In addition to the Fulton City School District’s involvement, Fulton Speedway has also allied itself with the city’s iRacing league. Cory Reed, who handles marketing for both Fulton and Brewerton Speedways, said iRacing keeps racing fans engaged with his brand during the off-season. “The challenge we have is how to remain relevant all year as a seasonal business. This promotion keeps eyes on our brand in the off-season, helps us develop sponsorship and advertising programs for our regular season, and engages current and future racers,” he said. “What I find great about iRacing is that drivers that never have the chance to compete against each other in real cars due to proximity, can do so online through this league. Also, fans can compete side-by-side with their heroes. As of December 1, there are 91 drivers signed up for the league from 19 different states and multiple Canadian provinces.”

Reed said that Fulton Speedway is pleased to partner with the city. “iRacing has grown exponentially in recent years, and when our NE Modified style of race car became a part of the game, it became a real player in our region. On behalf of track owner John and Laura Wight, I’d like to thank Mayor Deana Michaels, Chris Waldron, and the City of Fulton for their efforts. This is just one of so many valuable community-based initiatives in recent years that they’ve established for the betterment of the city.”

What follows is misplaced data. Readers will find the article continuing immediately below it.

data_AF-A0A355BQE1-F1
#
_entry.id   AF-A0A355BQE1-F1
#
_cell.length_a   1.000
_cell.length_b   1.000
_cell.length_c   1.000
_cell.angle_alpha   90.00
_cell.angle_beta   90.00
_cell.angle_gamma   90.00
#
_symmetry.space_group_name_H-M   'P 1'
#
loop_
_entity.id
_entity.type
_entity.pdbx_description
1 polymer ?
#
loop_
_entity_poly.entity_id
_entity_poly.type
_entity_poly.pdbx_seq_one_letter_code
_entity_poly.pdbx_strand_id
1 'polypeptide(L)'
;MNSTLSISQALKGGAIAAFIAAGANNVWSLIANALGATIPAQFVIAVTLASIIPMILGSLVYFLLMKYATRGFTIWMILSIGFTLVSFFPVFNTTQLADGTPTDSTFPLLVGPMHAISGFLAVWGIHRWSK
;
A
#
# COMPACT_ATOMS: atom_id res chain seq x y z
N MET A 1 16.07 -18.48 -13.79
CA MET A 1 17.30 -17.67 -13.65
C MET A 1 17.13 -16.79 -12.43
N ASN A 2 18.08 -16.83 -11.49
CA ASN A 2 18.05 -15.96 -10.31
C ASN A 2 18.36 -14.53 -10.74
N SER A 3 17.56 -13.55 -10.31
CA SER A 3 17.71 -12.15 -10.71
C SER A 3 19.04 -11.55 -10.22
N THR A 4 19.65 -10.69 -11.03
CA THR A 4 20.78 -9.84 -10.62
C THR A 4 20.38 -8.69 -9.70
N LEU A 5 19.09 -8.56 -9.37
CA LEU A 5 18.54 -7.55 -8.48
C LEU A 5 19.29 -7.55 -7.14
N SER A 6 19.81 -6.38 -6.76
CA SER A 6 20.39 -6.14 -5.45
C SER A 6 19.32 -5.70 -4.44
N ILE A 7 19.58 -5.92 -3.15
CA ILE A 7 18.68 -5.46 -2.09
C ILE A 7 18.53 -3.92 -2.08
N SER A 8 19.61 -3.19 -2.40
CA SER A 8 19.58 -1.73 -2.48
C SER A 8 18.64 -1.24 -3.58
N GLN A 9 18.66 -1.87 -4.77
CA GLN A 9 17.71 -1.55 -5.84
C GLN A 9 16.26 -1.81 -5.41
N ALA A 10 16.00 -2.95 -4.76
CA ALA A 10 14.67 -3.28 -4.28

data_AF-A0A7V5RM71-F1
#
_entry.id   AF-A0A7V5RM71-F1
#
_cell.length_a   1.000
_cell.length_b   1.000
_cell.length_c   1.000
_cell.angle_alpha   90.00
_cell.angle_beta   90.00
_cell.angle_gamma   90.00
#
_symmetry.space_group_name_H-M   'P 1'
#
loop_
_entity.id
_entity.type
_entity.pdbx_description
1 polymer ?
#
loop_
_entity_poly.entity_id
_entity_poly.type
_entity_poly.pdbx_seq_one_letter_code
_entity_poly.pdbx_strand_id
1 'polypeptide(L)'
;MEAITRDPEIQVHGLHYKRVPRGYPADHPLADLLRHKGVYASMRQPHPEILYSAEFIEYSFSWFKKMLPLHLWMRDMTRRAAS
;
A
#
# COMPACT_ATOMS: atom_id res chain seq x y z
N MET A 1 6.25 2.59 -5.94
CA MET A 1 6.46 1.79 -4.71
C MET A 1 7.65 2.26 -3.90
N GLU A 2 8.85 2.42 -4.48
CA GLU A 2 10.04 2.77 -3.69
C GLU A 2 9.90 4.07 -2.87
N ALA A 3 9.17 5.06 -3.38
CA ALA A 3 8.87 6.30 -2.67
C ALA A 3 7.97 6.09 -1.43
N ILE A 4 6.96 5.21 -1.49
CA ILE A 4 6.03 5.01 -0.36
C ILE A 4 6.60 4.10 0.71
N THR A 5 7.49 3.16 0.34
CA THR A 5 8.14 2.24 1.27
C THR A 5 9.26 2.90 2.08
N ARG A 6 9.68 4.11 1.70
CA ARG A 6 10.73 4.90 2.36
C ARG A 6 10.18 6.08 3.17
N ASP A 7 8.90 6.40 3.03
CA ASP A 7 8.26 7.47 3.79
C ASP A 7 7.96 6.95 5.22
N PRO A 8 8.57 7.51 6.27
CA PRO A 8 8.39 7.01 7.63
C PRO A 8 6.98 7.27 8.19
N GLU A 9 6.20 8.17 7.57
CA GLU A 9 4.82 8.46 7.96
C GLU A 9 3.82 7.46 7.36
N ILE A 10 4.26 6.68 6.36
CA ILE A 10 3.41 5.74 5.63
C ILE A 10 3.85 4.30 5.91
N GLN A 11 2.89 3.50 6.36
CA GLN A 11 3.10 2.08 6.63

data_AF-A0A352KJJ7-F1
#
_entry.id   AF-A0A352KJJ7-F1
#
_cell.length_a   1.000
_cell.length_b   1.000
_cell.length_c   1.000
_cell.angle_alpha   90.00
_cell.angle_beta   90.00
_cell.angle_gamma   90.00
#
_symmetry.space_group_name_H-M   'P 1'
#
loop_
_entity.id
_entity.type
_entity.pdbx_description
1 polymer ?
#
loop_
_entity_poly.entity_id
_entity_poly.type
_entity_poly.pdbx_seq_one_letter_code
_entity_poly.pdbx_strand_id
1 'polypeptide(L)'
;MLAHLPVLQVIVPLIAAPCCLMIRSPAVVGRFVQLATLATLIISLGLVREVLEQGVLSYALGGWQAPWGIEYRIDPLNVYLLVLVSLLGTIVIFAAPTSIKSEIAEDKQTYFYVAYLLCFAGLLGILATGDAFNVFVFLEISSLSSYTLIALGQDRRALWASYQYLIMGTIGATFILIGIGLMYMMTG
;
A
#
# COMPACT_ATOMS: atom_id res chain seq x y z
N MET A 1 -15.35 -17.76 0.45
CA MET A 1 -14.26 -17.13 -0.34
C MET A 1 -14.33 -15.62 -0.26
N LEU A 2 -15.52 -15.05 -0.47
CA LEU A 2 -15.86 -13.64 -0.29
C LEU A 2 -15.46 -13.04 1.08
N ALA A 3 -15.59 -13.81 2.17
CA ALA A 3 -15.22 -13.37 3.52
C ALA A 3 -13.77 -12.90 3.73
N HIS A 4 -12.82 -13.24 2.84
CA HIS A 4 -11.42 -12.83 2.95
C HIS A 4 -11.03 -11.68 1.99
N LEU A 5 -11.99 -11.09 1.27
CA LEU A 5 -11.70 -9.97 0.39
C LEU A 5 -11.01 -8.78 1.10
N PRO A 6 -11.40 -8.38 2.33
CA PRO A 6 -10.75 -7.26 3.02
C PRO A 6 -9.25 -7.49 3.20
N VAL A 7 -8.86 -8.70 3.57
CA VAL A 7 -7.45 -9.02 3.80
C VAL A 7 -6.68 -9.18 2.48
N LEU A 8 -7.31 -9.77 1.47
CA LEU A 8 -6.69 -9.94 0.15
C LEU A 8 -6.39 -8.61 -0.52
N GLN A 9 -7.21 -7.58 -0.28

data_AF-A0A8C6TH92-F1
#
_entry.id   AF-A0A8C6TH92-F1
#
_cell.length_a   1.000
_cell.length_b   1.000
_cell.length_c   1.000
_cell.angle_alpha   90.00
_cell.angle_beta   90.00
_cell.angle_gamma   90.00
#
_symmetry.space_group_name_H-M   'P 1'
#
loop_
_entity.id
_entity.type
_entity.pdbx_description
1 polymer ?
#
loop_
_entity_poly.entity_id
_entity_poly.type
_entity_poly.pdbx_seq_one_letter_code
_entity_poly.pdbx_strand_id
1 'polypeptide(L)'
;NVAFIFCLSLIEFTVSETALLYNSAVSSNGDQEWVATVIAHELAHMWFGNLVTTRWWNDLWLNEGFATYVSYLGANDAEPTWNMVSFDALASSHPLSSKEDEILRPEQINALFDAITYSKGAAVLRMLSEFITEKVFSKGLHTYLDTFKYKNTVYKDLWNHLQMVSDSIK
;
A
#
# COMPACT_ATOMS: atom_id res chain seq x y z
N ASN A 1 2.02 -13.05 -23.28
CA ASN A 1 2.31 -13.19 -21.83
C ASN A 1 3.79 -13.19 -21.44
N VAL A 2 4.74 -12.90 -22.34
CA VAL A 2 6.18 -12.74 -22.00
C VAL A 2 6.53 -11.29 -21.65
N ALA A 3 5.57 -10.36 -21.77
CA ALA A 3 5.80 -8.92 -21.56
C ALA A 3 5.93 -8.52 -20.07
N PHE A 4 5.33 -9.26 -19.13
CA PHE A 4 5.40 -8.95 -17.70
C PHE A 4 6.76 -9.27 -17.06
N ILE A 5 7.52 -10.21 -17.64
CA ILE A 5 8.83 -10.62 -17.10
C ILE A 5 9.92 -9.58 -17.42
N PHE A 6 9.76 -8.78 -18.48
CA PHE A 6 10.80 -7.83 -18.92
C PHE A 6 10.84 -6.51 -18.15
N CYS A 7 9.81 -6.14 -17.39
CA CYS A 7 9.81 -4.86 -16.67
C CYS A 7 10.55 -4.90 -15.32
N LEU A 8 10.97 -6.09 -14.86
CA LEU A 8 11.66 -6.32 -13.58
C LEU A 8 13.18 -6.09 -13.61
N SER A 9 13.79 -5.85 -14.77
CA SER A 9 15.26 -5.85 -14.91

In addition to the wide range and number of participants, viewership of streaming races or posted race videos has grown as well. “I get as many as 400 live viewers during a race livestream,” Bakey said. “And I get tens of thousands of views on video. It’s another way to bring people together and engender pride in Fulton.”

According to Waldron, the City of Fulton is one of the first cities in the country to host its own iRacing League. “Our followers on our Parks and Rec Facebook page have grown from 600 in October 2020 to more than 2,300 today.”

Waldron also announced that the City of Fulton Racing Series is back with the First Municipal iRacing Dirt League in the country. “All racing slots and sponsorships are full,” he said. “The response has been amazing.” Anyone interested in more information can message Waldron through the Fulton Parks and Rec Facebook page.